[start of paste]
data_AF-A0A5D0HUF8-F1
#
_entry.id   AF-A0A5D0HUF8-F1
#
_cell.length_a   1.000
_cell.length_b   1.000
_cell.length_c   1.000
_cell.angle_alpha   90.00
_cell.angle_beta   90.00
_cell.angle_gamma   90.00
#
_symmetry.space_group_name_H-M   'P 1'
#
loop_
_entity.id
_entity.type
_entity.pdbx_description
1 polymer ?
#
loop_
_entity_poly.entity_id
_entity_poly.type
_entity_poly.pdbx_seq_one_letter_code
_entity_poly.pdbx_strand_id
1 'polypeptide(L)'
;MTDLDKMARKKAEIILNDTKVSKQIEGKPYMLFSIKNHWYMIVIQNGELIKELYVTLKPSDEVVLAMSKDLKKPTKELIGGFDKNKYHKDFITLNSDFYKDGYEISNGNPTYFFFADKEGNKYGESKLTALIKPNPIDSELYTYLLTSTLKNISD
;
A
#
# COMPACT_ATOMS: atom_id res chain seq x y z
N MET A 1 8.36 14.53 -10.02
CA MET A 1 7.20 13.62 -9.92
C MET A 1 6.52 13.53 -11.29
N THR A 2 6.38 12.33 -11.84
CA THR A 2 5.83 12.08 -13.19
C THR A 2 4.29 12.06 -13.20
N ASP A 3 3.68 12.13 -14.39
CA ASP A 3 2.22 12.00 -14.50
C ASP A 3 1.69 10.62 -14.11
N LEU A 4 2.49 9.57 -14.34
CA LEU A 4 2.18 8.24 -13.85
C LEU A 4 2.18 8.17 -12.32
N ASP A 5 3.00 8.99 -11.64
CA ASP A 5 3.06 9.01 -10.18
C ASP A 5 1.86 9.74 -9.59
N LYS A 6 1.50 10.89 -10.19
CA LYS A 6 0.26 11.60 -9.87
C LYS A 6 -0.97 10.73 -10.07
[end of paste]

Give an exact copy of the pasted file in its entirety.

data_AF-A0A5D0HUF8-F1
#
_entry.id   AF-A0A5D0HUF8-F1
#
_cell.length_a   1.000
_cell.length_b   1.000
_cell.length_c   1.000
_cell.angle_alpha   90.00
_cell.angle_beta   90.00
_cell.angle_gamma   90.00
#
_symmetry.space_group_name_H-M   'P 1'
#
loop_
_entity.id
_entity.type
_entity.pdbx_description
1 polymer ?
#
loop_
_entity_poly.entity_id
_entity_poly.type
_entity_poly.pdbx_seq_one_letter_code
_entity_poly.pdbx_strand_id
1 'polypeptide(L)'
;MTDLDKMARKKAEIILNDTKVSKQIEGKPYMLFSIKNHWYMIVIQNGELIKELYVTLKPSDEVVLAMSKDLKKPTKELIGGFDKNKYHKDFITLNSDFYKDGYEISNGNPTYFFFADKEGNKYGESKLTALIKPNPIDSELYTYLLTSTLKNISD
;
A
#
# COMPACT_ATOMS: atom_id res chain seq x y z
N MET A 1 8.36 14.53 -10.02
CA MET A 1 7.20 13.62 -9.92
C MET A 1 6.52 13.53 -11.29
N THR A 2 6.38 12.33 -11.84
CA THR A 2 5.83 12.08 -13.19
C THR A 2 4.29 12.06 -13.20
N ASP A 3 3.68 12.13 -14.39
CA ASP A 3 2.22 12.00 -14.50
C ASP A 3 1.69 10.62 -14.11
N LEU A 4 2.49 9.57 -14.34
CA LEU A 4 2.18 8.24 -13.85
C LEU A 4 2.18 8.17 -12.32
N ASP A 5 3.00 8.99 -11.64
CA ASP A 5 3.06 9.01 -10.18
C ASP A 5 1.86 9.74 -9.59
N LYS A 6 1.50 10.89 -10.19
CA LYS A 6 0.26 11.60 -9.87
C LYS A 6 -0.97 10.73 -10.07